Your academic writing and communication skills are a crucial part of your studies and essential skills to have in the workplace, regardless of your chosen career. Outlined below are a number of courses, opportunities and techniques available that help you to develop and enhance these skills. The Academic Skills page is a good place to start if you're unsure about certain skills or tasks.
English language courses
- Academic Skills has a quiz for students who are non-native speakers of English. Take the quiz to find out which workshop will best suit your needs.
- Browse AIRport for useful modules about writing, referencing and edit.
- There is also a list of workshops available to improve your English for Academic Purposes (EAP) and help you with your graduate research study.
There are many opportunities to hone your academic writing skills. Writing workshops, programs and sessions designed to support your thesis writing include:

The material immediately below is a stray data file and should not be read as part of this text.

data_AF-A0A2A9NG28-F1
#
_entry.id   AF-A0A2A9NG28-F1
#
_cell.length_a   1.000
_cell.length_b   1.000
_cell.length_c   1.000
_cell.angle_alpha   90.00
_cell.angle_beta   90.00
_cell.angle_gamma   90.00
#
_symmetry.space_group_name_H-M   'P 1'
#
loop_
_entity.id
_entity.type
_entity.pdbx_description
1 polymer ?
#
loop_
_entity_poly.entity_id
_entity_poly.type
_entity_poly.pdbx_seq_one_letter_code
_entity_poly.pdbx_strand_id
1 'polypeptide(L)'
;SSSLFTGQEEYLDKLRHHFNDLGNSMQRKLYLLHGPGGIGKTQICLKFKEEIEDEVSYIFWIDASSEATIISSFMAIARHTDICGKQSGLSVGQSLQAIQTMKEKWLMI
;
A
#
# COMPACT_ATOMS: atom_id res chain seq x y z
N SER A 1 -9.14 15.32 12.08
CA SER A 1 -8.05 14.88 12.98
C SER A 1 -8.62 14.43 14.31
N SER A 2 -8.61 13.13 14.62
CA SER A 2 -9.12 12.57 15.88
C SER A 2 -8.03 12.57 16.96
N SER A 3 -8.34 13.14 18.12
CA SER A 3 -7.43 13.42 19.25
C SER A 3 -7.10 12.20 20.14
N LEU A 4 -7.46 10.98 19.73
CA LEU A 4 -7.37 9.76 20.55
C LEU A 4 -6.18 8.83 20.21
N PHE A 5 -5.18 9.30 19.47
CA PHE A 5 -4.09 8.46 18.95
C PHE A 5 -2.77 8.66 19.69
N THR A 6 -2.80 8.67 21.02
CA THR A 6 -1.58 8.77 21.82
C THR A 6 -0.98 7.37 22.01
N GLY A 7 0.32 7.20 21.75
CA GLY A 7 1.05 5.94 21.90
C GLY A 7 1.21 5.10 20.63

- Developing graduate academic writing: An Academic Skills interactive short course that focuses on the process of writing and the skills required by graduate researchers.
- Shut Up & Write: A group writing session that uses the effective Pomodoro technique.
- Public Engagement Support Program: An 18 module program that will help you engage with a broad non-specialist audience, whether via the written word or other forms of communication. Run by the Melbourne Engagement Lab.
Communicating my research
Both your graduate research studies and your future career require effective communication and presentation skills. The following list of resources, workshops and programs are designed to help you improve these skills:
- Speaking and Presenting: Resources for presenting your research, using PowerPoint to your advantage, presenting at conferences and helpful videos on presenting effectively
- Research Impact Library Advisory Service (RILAS): Helps you to determine the impact of your publications and other research outputs for academic proportions and grant applications
- Three Minute Thesis Competition (3MT): Research communication competition that requires you to deliver a compelling oration on your thesis topic and its significance in just three minutes or less.